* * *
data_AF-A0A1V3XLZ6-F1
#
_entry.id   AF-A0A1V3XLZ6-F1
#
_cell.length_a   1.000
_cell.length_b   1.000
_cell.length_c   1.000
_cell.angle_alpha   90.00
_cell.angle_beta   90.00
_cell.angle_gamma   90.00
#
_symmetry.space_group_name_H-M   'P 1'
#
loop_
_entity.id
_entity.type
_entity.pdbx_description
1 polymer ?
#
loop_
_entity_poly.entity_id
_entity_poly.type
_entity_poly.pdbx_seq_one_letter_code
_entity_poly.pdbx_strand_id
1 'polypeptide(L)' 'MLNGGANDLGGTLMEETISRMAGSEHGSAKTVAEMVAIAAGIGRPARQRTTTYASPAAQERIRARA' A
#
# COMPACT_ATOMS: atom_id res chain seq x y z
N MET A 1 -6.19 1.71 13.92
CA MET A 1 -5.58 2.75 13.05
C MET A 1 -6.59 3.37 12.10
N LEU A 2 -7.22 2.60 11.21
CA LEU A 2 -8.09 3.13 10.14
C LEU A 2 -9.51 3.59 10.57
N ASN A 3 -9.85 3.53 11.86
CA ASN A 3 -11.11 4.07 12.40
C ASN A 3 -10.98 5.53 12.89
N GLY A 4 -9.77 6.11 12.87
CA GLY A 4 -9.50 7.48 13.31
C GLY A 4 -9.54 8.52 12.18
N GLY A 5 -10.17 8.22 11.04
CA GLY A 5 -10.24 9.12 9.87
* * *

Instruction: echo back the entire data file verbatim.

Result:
data_AF-A0A1V3XLZ6-F1
#
_entry.id   AF-A0A1V3XLZ6-F1
#
_cell.length_a   1.000
_cell.length_b   1.000
_cell.length_c   1.000
_cell.angle_alpha   90.00
_cell.angle_beta   90.00
_cell.angle_gamma   90.00
#
_symmetry.space_group_name_H-M   'P 1'
#
loop_
_entity.id
_entity.type
_entity.pdbx_description
1 polymer ?
#
loop_
_entity_poly.entity_id
_entity_poly.type
_entity_poly.pdbx_seq_one_letter_code
_entity_poly.pdbx_strand_id
1 'polypeptide(L)' 'MLNGGANDLGGTLMEETISRMAGSEHGSAKTVAEMVAIAAGIGRPARQRTTTYASPAAQERIRARA' A
#
# COMPACT_ATOMS: atom_id res chain seq x y z
N MET A 1 -6.19 1.71 13.92
CA MET A 1 -5.58 2.75 13.05
C MET A 1 -6.59 3.37 12.10
N LEU A 2 -7.22 2.60 11.21
CA LEU A 2 -8.09 3.13 10.14
C LEU A 2 -9.51 3.59 10.57
N ASN A 3 -9.85 3.53 11.86
CA ASN A 3 -11.11 4.07 12.40
C ASN A 3 -10.98 5.53 12.89
N GLY A 4 -9.77 6.11 12.87
CA GLY A 4 -9.50 7.48 13.31
C GLY A 4 -9.54 8.52 12.18
N GLY A 5 -10.17 8.22 11.04
CA GLY A 5 -10.24 9.12 9.87